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4 Ways to Get Your Debt Snowball Rolling

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Having a plan to pay off debt is one thing. Setting that plan into motion is a whole different ballgame. Arguably the best approach to getting out of debt is called the debt snowball.

Here's how a debt snowball works:

  1. List your debts in the order you'll pay them off.
  2. Pay the monthly minimums on all of your debts.
  3. Throw any extra money at the smallest debt.
  4. Once you've paid off that debt, put the minimum payment you were paying on it and any extra money into the next debt.
  5. Once you've paid off the second debt, put both minimum payments plus extra money on the third.
  6. Repeat until you are debt free.

The debt snowball works because you pay more than just the minimum payments each month. The result is getting out of debt faster and with less paid in interest.

You can structure your debt snowball in different ways. The most mathematically sensible option is to pay your highest interest rate debts first. This will save you money in interest and get you out of debt the fastest.

Another option (perhaps the more well-known) is to pay your debts from smallest to largest. This option can give you a psychological boost. You gain a quick victory over that pesky $500 medical bill, and you're more likely to stay on track.

Of course, all this assumes that you've got some extra money to start paying down that first debt. But what if you're already living paycheck-to-paycheck and can't find spare change hiding in the couch cushions?

If this is your situation, here are four ways to get your debt snowball rolling:

1. Lower your bills. Before you try to exist on Ramen just to cut down your grocery bill, look for ways to save on recurring bills. It's more effective to cut down bills like cable, cell phones, Internet, and insurance. This option results in month-after-month savings with very little effort.

Start by checking out your list of monthly bills, and try tackling the most expensive first. If, for instance, you're paying a fortune for your cell phone plan, shop other options. Increased competition means many companies are offering excellent deals for new customers.

Or, find ways to cut back spending with your current provider. Drop the data. Downgrade to a cheaper phone. Or move away from your unlimited everything plan to a more limited plan that still meets your needs.

As you lower your monthly bills, keep track of exactly how much you're saving. Whether it's $5 on your Internet bill or $50 on your car insurance, that money needs to go back to debt payoff -- not towards unnecessary spending.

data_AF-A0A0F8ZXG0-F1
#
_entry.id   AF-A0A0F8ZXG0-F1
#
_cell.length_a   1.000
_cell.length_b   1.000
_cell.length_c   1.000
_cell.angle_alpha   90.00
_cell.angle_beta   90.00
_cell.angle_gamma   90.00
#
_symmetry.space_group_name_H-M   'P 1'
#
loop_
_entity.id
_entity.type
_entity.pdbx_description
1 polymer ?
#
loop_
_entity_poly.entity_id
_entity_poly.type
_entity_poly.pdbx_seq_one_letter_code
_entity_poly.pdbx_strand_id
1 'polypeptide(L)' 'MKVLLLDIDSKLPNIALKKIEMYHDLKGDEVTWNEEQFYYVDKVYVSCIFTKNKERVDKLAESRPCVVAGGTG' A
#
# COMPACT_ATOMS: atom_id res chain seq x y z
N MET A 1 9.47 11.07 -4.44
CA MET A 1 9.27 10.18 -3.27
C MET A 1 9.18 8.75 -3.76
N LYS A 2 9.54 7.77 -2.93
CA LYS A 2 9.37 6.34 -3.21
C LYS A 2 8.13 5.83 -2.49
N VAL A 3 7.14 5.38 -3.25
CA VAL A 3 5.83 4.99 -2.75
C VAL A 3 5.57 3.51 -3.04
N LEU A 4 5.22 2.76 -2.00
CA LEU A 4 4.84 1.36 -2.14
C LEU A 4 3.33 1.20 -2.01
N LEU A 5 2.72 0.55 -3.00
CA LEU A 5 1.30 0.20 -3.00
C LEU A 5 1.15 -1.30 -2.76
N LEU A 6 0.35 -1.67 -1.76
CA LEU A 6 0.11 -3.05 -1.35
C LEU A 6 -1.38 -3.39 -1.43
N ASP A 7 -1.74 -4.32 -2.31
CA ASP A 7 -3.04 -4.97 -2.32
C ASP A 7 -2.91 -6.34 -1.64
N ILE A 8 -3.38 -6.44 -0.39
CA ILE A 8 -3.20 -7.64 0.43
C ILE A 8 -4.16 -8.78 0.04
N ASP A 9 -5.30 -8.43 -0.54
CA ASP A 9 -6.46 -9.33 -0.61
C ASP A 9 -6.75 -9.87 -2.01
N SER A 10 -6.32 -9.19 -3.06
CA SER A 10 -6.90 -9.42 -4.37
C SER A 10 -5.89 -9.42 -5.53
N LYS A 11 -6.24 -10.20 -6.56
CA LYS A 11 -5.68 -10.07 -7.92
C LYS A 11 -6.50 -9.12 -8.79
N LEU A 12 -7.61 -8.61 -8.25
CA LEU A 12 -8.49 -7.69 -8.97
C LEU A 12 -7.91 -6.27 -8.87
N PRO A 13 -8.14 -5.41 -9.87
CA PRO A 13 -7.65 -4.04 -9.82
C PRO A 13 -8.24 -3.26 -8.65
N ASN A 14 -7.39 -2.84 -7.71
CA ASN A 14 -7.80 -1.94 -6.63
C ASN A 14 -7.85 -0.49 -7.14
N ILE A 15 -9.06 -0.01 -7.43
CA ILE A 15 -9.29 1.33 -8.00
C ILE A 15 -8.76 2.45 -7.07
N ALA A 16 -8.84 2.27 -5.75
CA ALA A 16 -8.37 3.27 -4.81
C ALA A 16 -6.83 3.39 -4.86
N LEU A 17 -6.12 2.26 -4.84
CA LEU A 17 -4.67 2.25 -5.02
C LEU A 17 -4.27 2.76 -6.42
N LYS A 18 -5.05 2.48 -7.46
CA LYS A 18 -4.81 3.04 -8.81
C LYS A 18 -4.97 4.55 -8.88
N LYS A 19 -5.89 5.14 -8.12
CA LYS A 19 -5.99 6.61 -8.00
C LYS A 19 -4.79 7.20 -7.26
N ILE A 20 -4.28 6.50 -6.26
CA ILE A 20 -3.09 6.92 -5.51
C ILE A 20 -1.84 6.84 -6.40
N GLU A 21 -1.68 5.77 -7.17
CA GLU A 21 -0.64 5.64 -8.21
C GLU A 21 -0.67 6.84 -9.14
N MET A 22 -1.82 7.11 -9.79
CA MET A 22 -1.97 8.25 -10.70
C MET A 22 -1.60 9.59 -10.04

2. Sell some stuff. Chances are likely that you've got some stuff sitting around your home. Stuff you don't need or use. Probably some stuff you don't even want.

Instead of letting it collect dust, take time to sell this stuff. Craigslist is a great place to sell unwanted furniture and appliances -- items that would cost more to ship than they're worth. And for smaller or higher-end items (especially collectibles), try eBay. Or take gently-used clothing and toys to local consignment shops.

Man vs. Debt guest poster Jenny Newcomer paid off $15,000 in student loans in nine months by selling stuff on eBay. But even if you make nowhere near this amount, an extra few hundred bucks can get you started on your snowball.

3. Start a side gig. So many jobs and businesses out there can bring in extra money on the side while you still work your day job. Start a blog. Deliver pizzas. Wait tables on the weekends. Consult on an hourly basis in your own field of expertise. Babysit on Friday nights.

Stephanie Hood is just one example of the power of the odd job. She used babysitting, paid focus groups, and odd jobs on Craigslist to help pay her $90,000 in student loan debt.

Bottom line: do what it takes. Even an extra $50 a week (which you can make in no time) makes a difference as you get your debt snowball rolling.

4. Reduce your interest rates One oft-overlooked way to pay down debt involves refinancing. Getting a better rate on your car loan or credit card debt can make a huge impact on your get-out-of-debt plan.

Virtually any debt can be refinanced. Whether you are dealing with a mortgage, home equity line, car loan, or even credit card debt, check to see if a lower interest rate is available. Credit cards are arguably the easiest to refinance, as there are plenty of 0 percent deals to be found. By lowering the rates, you free up more cash to put toward the balance of your loans.

It's Okay to Start Small

When it comes to paying off debt, many people think in terms of "go big or go home." But that's just not how it works -- especially if you're already struggling financially.

You can pay off debt a little at a time. You just need a plan and a way to get started. Any of these four options can give you some cash to get your snowball rolling. And as soon as you start paying off those small debts, your payment snowball will grow. Once you get to the biggest debt on your list, you'll smash through it in no time flat.

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